Review: 'Murder for Two' and by two, too
Arthur Whitney's surprise birthday party is a surprise, all right. He walks in and gets shot in the head. Whodunit? In the daft show called "Murder for Two," we might even find out.
Philadelphia Theatre Company has brought in a touring production of the mystery musical composed by Joe Kinosian and with lyrics by Kellen Blair, who both wrote the show's book. It's early-summer fun -- one of two goofy murder mysteries running in Center City, the other one being Lantern Theater's "The Hound of the Baskervilles." Each is a spoof on the mystery genre, as well as a mystery.
I saw them both the same day, Wednesday, probably a mistake. Too much goofing and too much spoofing turns your mind into cornmeal mush. (I'll post a "Baskervilles" review next week.) "Murder for Two" was a surprise – for a musical, it has precious few songs, although its two actors take turns at the piano, providing not just accompaniment but plenty of tuneful backup.
Those two actors drive the show, which is full of puns, more than a little slapstick and some stuff that's just plain dumb. The performers are a likable and smiley Ian Lowe, who plays the officer trying to solve the murder, and lanky, loose-limbed, rubber-faced and super boyish Kyle Branzel, who plays everyone at the birthday party. Together, they and director Scott Schwartz ("Golda's Balcony" on Broadway) bring a pizzazz to "Murder for Two" that surpasses the material they're given.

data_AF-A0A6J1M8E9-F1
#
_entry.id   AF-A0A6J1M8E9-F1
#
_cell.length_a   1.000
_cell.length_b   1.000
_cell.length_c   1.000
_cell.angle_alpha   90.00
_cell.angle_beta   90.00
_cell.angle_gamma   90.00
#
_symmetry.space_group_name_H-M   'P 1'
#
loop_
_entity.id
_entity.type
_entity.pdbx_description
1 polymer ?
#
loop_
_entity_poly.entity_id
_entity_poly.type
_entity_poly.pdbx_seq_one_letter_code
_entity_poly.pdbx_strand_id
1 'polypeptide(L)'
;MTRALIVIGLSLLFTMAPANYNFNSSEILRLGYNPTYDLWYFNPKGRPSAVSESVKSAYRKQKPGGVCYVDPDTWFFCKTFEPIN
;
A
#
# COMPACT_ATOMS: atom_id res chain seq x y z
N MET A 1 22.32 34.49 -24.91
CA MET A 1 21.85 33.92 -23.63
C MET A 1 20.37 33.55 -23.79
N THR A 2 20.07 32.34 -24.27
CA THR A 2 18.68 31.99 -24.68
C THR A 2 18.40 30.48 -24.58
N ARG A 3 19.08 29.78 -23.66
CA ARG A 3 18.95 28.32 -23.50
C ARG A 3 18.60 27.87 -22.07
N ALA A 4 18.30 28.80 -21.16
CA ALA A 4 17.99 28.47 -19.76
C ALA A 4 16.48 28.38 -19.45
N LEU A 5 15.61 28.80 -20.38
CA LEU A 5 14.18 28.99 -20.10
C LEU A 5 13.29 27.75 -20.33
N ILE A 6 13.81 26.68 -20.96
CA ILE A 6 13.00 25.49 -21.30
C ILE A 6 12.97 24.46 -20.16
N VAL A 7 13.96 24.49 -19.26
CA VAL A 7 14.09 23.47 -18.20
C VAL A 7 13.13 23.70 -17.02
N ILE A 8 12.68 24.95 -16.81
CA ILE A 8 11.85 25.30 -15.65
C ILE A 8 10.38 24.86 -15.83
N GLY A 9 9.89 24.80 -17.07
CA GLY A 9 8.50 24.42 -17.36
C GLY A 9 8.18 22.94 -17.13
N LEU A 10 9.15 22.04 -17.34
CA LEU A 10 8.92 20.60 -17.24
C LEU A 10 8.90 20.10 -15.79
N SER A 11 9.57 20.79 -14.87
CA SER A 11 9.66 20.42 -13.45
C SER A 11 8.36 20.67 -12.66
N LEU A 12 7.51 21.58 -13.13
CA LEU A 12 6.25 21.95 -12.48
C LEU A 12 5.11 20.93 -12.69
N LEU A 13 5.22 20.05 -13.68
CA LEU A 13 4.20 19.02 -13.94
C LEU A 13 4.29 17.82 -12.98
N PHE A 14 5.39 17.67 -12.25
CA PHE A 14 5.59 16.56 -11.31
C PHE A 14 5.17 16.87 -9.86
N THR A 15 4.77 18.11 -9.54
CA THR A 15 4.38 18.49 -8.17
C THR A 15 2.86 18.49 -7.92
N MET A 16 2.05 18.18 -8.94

Some of that material is laugh-out-loud funny; in the hands of straight-man Lowe and over-the-top Branzel, all of it becomes bizarre. Lowe plays a police officer sent to the birthday party to keep everyone there until the detective comes. Once the guests – all portrayed by a furiously busy Branzel – see the officer, they assume he's the detective, which is what he's wanted to be all along. So he lets them think that he is.
A surly psychiatrist, a prima-donna ballerina, the wife of the murdered man, a wildly funny Irish fireman with a Riverdance complex -- these are only a few of the roles Branzel slips in and out of, in a flash. I found the first half-hour of the show a bit lame, but then I began to see what was going on: it wasn't "Murder for Two" that mattered as much as the talent in the room, and the chemistry the two guys exude. After a while, it doesn't matter much that the crime be solved. What counts is the fun that Lowe and Branzel create along the way which becomes, as the show moves along, a classic laff-riot.
"Murder for Two" is being presented by Philadelphia Theatre Company through June 28 at the Suzanne Roberts Theatre, on Broad Street at Lombard. 215-985-0420 or www.philadelphiatheatrecompany.org. For the last week of the show, Ian Lowe, who plays the police officer, will be replaced by Brandon Lambert, joining the show's tour.
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